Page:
“Sure the government can approve a mine for 25 years. But if existing agriculture is forced out due to water contamination, lack of water, or general pollution, what exactly will sustain the long term planning requirements of the town, its residents and other service providers after the mine shuts? That’s the multi million-dollar question that mining developers never seem to answer in their reports. The simple fact is they won’t be around to have to deal with the wash-up anyway.”

The picturesque Pages River – whose meandering curves lie just 150m from the proposed Bickham mine – runs downstream through the centre of Arrowfield Stud. The river bed is currently dry after limited seasonal rain but deep beneath its sandy floor it feeds a number of aquifiers that fuel the irrigation needs of the majority of downstream farms.

“Without water we have nothing. But based on Bickham’s own study this coal mine will extract 2 million litres of groundwater a day at its peak. The Report also says in black and white that it will take 105 years for the Pages River to return to normal. That’s a pretty sobering statistic. That’s not my children or their children’s generation – that’s their grandchildren’s generation.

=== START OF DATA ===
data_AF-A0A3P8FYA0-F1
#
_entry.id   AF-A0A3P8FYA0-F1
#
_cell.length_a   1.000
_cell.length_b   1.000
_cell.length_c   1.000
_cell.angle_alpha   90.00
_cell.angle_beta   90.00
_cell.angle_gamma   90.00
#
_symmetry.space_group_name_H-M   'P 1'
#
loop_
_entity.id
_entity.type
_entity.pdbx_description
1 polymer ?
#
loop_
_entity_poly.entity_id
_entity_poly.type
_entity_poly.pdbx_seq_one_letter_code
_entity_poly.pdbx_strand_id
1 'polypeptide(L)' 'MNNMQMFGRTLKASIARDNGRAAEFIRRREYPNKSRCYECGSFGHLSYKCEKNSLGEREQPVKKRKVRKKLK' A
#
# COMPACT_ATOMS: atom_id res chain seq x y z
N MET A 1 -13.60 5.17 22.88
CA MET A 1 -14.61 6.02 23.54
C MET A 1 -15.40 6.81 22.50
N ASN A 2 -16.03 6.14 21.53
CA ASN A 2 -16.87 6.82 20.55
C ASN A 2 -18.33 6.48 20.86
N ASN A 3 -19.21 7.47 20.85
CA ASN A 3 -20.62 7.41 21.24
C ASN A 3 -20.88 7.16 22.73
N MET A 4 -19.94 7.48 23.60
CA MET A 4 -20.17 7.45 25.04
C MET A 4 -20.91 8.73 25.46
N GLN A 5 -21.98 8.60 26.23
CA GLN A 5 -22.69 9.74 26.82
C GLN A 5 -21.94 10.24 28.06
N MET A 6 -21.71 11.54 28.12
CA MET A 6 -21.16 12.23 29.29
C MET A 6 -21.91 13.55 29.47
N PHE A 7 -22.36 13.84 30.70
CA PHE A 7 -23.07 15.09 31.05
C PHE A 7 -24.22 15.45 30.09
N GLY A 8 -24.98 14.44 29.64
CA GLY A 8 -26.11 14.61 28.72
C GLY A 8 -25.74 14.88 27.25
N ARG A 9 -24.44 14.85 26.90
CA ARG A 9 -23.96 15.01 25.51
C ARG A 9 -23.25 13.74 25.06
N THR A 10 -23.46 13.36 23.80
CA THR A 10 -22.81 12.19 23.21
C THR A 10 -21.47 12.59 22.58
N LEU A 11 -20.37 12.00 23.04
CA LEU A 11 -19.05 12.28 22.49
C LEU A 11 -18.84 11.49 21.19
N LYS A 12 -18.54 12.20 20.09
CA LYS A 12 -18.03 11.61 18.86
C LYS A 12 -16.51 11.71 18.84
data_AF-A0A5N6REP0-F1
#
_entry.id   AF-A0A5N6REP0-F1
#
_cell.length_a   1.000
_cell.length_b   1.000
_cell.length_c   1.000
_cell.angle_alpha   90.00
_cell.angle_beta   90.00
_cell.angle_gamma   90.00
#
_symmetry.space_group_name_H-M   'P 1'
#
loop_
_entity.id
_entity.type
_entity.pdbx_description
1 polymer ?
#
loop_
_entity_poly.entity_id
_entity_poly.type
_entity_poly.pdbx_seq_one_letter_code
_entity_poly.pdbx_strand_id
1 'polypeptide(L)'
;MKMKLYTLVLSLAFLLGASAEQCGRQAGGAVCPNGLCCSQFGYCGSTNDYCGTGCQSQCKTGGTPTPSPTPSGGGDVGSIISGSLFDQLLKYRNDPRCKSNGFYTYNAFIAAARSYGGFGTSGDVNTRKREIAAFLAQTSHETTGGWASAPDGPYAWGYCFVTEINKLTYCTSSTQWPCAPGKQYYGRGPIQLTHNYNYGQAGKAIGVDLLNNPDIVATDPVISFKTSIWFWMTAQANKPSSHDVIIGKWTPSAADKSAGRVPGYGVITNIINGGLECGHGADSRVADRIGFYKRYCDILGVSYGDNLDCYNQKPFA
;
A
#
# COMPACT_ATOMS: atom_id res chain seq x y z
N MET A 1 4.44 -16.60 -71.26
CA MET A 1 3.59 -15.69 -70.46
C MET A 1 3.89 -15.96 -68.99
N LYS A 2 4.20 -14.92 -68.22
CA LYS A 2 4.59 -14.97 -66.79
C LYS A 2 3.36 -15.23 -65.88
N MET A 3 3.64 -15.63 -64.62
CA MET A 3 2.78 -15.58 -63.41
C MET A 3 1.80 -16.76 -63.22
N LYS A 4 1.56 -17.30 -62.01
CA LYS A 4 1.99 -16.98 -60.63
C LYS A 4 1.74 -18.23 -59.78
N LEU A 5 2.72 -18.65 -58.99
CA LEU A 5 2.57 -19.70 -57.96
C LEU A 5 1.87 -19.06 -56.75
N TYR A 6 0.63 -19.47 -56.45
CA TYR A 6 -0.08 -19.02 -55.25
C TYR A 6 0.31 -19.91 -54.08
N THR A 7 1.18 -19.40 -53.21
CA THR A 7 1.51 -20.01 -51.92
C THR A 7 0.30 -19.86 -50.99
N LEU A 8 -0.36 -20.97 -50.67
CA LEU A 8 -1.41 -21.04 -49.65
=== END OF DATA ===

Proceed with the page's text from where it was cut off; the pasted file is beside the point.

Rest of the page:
“The mine is also confusing people with mixed messages. It advertised in a recent media release that it will offer 300 jobs. In truth, if you read the small print on an ancillary document you will discover that they are offering less than 100 full time positions. Six thoroughbred studs alone affected by Bickham employ 257 full time workers. The majority of these workers reside on the farms where they are employed. In essence then this mine stands to seriously displace families rather than create jobs.

“Bickham has played on the edge of the Upper Hunter’s community consciousness for many years,” continues Messara. “People may indeed have become almost immune to the reality of this mine coming into play. With the release of the Water Report the gun has been fired and the race is now on. If the local community do not take this opportunity to band together and recognise the key issues that affect them then they will need to live with the fact that the life they take for granted, their jobs, their income and lifestyles will change forever.

“I fully understand that the history of mining approvals in this State concerns a lot of people. The reality is however that Bickham is a limited resource mine. Ironically perhaps, existing industries in the area have already proven that in combination they generate higher revenues over the same time period employing more people and ensuring continuity of lifestyle and land use for future generations!

The approval of the Bickham mine would be a planning disaster for Scone and surrounds. Australia’s Horse Capital is fundamentally at risk.

“I think it’s about time people got concerned,” concluded Messara.